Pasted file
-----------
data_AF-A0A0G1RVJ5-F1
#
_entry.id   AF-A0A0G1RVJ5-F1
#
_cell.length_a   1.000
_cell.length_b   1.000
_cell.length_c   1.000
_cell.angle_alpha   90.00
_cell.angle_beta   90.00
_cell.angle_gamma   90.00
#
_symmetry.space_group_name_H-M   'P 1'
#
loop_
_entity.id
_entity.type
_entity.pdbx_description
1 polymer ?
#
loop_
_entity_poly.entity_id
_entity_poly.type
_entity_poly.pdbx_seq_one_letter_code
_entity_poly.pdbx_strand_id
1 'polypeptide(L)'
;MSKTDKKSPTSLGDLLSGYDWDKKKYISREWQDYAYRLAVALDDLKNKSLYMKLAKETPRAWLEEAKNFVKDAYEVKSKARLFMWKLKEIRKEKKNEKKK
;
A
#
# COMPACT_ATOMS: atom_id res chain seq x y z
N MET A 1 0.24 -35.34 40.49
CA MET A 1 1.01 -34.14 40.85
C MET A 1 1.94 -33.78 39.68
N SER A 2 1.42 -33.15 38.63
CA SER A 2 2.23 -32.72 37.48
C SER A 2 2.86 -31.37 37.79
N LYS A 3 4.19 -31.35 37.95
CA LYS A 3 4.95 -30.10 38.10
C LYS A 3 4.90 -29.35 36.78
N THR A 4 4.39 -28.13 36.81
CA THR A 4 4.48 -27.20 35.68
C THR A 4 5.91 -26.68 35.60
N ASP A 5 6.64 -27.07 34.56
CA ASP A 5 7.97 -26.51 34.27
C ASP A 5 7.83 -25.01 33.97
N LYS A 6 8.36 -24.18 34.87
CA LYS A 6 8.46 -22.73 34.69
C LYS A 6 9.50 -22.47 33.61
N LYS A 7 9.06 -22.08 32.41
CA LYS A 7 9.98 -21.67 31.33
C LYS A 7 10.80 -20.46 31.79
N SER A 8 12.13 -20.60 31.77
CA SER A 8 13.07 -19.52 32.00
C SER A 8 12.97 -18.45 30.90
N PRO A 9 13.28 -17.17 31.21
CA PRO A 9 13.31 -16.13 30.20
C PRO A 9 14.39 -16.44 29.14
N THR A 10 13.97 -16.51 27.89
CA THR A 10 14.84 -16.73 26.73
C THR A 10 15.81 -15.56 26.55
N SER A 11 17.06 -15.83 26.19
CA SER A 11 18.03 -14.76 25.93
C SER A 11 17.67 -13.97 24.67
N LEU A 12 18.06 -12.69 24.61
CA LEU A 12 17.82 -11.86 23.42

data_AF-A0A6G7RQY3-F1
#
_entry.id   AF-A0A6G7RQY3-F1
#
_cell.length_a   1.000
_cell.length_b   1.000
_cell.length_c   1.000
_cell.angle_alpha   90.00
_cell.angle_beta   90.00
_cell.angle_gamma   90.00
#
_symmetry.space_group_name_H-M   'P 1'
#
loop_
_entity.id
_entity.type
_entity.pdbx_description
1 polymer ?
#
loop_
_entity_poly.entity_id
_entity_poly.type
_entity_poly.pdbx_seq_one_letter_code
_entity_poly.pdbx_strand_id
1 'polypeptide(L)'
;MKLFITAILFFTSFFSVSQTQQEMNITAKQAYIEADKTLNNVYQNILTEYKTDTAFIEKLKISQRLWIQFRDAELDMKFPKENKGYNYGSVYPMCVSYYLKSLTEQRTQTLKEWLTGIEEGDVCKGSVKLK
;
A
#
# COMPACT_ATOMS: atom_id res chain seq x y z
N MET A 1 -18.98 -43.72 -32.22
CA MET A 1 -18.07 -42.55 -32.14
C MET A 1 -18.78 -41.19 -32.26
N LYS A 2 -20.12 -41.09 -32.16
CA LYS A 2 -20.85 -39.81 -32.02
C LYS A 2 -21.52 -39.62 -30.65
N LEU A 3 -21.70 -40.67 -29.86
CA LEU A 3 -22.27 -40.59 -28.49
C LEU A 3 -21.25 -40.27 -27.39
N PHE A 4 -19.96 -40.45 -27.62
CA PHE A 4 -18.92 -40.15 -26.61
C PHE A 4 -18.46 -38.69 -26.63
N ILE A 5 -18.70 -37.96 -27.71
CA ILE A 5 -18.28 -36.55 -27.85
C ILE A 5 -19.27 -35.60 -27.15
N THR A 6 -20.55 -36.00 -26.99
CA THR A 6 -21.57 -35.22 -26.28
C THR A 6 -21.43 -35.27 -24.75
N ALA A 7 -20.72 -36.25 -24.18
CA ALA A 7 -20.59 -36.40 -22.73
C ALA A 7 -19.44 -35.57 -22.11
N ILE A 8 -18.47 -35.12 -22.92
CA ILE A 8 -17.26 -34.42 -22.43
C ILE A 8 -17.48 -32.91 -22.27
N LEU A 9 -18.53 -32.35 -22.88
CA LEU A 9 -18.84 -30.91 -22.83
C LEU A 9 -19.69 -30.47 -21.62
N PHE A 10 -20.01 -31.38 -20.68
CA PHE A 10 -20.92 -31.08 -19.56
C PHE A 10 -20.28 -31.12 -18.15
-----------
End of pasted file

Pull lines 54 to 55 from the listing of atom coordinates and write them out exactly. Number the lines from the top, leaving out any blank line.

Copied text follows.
C SER A 8 12.97 -18.45 30.90
N PRO A 9 13.28 -17.17 31.21